The gunman who shot and killed a UCLA professor Wednesday has been identified as Mainak Sarkar, a former doctoral student who had accused the victim of stealing his computer code and giving it to someone else, according to Los Angeles police.
Sarkar took his own life after killing William Klug, 39, in a small office in UCLA Engineering Building 4, sources confirmed. The Los Angeles County coroner’s office on Thursday did not identify the shooter, although it did confirm the victim’s identity Thursday morning.
Klug was an associate professor of mechanical and aerospace engineering and had been the target of Sarkar’s anger on social media for months. On March 10, Sarkar called the professor a “very sick person” who should not be trusted.
“William Klug, UCLA professor is not the kind of person when you think of a professor. He is a very sick person. I urge every new student coming to UCLA to stay away from this guy,” Sarkar wrote. “He made me really sick. Your enemy is my enemy. But your friend can do a lot more harm. Be careful about whom you trust.”
A source called the gunman’s accusations “absolutely untrue.”
“The idea that somebody took his ideas is absolutely psychotic,” the source said.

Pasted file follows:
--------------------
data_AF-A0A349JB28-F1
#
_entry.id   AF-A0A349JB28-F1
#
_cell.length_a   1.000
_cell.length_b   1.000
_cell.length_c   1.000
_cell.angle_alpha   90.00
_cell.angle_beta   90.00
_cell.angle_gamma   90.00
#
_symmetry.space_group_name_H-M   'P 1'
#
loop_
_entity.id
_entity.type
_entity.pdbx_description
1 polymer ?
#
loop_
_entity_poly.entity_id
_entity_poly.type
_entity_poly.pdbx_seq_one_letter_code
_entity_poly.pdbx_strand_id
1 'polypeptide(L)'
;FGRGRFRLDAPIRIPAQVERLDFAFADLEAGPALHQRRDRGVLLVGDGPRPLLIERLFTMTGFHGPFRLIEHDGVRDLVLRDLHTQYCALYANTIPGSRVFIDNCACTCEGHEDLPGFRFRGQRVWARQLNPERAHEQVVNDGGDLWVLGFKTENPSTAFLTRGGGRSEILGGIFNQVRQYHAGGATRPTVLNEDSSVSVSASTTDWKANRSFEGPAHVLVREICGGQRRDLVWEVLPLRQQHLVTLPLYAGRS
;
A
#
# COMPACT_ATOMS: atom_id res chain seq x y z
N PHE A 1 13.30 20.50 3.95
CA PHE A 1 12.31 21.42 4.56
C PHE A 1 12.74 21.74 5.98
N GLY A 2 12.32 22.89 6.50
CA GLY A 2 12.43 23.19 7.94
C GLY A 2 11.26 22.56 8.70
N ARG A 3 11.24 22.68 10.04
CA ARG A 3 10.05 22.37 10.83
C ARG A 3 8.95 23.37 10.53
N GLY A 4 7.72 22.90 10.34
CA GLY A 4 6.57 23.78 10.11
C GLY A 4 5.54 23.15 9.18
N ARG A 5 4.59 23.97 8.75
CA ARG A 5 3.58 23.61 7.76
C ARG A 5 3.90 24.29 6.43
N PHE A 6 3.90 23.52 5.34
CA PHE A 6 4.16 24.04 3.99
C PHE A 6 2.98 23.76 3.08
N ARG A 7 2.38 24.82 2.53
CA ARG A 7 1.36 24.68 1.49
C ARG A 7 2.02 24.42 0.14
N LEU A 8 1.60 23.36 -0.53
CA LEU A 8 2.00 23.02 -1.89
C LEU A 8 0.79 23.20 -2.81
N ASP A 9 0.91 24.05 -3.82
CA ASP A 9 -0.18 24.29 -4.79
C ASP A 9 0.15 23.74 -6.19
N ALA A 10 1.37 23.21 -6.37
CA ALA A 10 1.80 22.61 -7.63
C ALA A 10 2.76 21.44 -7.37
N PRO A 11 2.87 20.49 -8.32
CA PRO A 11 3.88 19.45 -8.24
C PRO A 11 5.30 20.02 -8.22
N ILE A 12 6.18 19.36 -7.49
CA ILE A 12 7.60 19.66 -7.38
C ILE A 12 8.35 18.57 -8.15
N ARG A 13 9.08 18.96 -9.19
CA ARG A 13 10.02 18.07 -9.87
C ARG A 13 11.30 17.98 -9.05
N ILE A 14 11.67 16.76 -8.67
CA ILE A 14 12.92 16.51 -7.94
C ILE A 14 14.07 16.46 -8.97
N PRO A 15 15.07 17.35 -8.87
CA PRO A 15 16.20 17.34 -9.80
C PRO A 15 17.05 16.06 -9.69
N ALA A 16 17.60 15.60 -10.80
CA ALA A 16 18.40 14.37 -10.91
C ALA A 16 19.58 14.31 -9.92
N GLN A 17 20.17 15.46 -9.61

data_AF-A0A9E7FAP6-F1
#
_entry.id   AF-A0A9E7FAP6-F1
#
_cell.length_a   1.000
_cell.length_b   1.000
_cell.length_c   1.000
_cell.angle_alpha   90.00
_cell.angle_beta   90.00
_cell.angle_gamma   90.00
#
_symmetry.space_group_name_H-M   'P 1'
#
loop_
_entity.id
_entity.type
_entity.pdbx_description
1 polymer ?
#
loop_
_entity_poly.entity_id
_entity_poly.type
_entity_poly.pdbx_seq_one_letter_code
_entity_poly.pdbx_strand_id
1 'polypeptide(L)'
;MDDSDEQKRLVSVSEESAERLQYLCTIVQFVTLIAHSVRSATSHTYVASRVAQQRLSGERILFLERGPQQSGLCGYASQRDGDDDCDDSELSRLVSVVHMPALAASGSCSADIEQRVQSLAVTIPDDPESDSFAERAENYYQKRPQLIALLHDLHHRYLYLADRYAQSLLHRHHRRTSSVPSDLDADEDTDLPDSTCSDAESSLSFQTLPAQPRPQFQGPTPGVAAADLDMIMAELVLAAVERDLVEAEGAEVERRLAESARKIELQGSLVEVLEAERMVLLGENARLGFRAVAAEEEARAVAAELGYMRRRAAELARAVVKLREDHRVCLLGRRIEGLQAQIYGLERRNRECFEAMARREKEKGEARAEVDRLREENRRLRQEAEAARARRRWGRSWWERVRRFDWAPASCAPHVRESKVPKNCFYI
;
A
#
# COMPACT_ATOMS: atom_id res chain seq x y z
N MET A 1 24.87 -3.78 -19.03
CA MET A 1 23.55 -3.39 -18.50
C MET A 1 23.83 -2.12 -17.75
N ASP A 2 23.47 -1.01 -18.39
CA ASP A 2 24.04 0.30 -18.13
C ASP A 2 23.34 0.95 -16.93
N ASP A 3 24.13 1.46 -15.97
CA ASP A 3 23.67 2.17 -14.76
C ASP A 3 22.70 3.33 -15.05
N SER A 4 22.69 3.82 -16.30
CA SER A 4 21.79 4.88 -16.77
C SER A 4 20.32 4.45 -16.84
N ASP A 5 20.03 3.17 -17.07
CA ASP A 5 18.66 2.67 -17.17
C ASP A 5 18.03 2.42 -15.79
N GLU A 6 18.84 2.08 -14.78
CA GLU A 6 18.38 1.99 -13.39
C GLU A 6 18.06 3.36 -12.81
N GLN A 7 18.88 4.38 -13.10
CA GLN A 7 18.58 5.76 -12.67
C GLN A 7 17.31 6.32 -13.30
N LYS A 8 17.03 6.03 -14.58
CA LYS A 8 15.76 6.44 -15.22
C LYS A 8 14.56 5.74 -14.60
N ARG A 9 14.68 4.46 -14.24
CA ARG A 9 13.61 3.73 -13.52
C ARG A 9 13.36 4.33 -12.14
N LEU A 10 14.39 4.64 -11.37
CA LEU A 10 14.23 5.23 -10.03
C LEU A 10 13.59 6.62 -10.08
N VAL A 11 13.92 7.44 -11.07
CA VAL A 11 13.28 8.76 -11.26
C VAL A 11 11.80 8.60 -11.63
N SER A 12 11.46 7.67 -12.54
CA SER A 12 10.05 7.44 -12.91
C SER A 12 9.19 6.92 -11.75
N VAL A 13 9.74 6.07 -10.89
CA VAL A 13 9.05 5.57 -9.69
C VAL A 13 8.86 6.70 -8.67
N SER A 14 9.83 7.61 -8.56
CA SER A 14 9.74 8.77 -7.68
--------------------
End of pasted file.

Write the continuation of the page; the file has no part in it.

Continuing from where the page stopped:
Klug, who was described by friends as a kind and caring man, bent over backward to help Sarkar finish his dissertation and graduate even though the quality of his work was not stellar, the source added.
“Bill was a super nice guy,” the source said. “He didn’t want to hurt the guy.”
In his doctoral dissertation, submitted in 2013, Sarkar expressed gratitude to Klug for his help and support.
A syllabus from 2010 lists Sarkar as one of two teaching assistants in a mechanical and aerospace engineering course, MAE: 101: Statics and Strength of Materials. Sarkar was listed in the 2014 doctoral commencement booklet with Klug as his advisor.
“Thank you for being my mentor,” he wrote in the acknowledgements.
Before enrolling at UCLA, Sarkar earned a master’s degree at Stanford Universityfollowing an undergraduate degree in aerospace engineering at the Indian Institute of Technology in Kharagpur, according to his LinkedIn page. In the U.S., he also had a stint as a research assistant at the University of Texas and worked as a software developer.
After UCLA, Sarkar worked remotely as an engineering analyst for an Ohio-based rubber company, Endurica LLC. Will Mars, the company’s president, confirmed to The Times that Sarkar worked for Endurica until August 2014. He declined to provide more details.
On Sarkar’s LinkedIn page, however, Mars offered a more specific recommendation in a post published Aug. 1, 2014: “Mainak is a steady contributor with solid technical skills in FEA and software development. I appreciate the quality of his work, and his careful approach to new problems. He has worked for Endurica in an off-site situation requiring great trust and independence, and he has performed well under those conditions.”
Matthew Uy, who provided many “endorsements” of Sarkar on LinkedIn, said that he worked in a lab at UCLA that “collaborated” with Sarkar, then a graduate student. Uy said he had not spoken with or seen Sarkar in about five years and felt “pretty disconnected” from him in general.
Times staff writers Kate Mather and Veronica Rocha contributed to this report.